Hair Covering by a Bride Immediately After the Wedding Ceremony: A Brief Follow Up
Guest post by R. Michael J. Broyde
Rabbi Michael Broyde is a law professor at Emory University, was the founding rabbi of the Young Israel in Atlanta, and is a member (dayan) in the Beth Din of America
As is widely known (see Yechave Da’at 5:62 for a review), there is a dispute among the poskim about when a bride needs to start covering her hair. Some say after erusin, some say after nesuin, some say after yichud, and some say not until the next morning. In my reply to Rabbi Shulman, entitled “Hair Covering and Jewish Law: A Response” which was published in Tradition 43:2 89-108 (2010) I made the following claim:
Indeed, this school of thought argues that even women who are married but not “sotah eligible” need not cover their hair; hence a betrothed woman (arusah) does not have to cover her hair and even a woman who is a fully (nesuah) but has not yet been intimate with her husband need not cover her hair, since she too is not yet sotah eligible.
And in footnote 24 of that article I stated:
I have in my possession a responsum from R. Moshe Feinstein, dated 15 Elul 5745, to R. Aharon Tendler, forthcoming for publication which states, in relevant part:
The obligation of a woman to cover her hair takes effect only after the first night since it is from that point on that she has the status of one who has been intimate with her husband. She does not have to cover her hair immediately after huppah and yihud since at that point she does not yet have the status of one who has been intimate with her husband. The reason is obvious, since as a matter of marriage law, there is no distinction between an arusah and a nesuah, rather the obligation to cover her hair is dependent on whether or not she has been intimate with her husband.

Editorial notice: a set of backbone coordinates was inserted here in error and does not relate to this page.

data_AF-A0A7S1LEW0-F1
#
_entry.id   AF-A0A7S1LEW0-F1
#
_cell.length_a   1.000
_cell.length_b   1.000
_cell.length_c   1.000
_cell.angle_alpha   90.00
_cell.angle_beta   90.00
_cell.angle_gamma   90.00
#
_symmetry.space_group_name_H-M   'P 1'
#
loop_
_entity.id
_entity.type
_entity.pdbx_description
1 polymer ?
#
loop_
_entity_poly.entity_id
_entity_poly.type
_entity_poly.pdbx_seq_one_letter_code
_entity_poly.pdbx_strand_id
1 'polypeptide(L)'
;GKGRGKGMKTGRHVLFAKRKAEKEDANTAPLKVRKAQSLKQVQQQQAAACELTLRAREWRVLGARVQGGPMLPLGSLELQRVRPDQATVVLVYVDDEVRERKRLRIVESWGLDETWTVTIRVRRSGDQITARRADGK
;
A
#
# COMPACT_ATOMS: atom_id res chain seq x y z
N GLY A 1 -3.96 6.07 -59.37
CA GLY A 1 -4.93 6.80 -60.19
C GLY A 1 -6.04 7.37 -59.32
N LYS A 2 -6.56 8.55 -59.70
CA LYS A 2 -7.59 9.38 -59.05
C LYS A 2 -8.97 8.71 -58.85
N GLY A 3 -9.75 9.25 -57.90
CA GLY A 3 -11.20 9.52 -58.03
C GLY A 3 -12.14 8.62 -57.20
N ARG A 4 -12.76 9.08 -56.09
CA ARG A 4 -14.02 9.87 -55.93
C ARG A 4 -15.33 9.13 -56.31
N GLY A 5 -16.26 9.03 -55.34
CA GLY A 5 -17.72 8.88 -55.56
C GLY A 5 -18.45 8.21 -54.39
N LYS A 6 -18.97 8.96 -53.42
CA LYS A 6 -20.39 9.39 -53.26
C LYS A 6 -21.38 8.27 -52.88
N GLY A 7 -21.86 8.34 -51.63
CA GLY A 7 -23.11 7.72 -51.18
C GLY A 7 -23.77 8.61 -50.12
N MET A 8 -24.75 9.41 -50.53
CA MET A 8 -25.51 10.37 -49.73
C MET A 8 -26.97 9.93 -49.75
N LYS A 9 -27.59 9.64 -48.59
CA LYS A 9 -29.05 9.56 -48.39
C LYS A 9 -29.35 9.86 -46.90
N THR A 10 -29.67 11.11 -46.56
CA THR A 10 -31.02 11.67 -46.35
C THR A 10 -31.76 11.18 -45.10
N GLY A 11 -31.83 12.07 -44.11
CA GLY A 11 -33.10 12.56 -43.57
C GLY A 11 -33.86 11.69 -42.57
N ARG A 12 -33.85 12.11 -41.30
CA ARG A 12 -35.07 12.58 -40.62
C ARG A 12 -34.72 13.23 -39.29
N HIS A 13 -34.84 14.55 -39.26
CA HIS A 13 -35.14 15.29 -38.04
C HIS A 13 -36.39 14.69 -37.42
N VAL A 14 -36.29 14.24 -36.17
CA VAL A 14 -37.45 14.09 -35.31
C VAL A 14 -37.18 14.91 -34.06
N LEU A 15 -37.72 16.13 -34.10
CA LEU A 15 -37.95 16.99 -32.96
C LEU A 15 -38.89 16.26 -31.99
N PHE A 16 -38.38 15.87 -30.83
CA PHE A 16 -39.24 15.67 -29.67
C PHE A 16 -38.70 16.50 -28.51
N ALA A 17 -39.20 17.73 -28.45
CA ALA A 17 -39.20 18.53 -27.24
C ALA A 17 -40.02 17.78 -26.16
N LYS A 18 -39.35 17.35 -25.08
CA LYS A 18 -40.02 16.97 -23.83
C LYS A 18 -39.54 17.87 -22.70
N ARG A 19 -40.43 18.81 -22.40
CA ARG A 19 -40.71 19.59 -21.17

I assumed, incorrectly, that the teshuva was in fact set to be published in the ninth volume of Iggerot Moshe, but apparently it was not, and a few readers have emailed me asking where I had seen a copy of the teshuva, and if I could share a copy.
The teshuva in question was distributed as part of a pre-publication selection of teshuvot printed in honor of the chasunah of Zev Shub and Tzipora Tova Tendler on January 6, 2010. I attach a copy of the relevant pages of this material for others to see: link.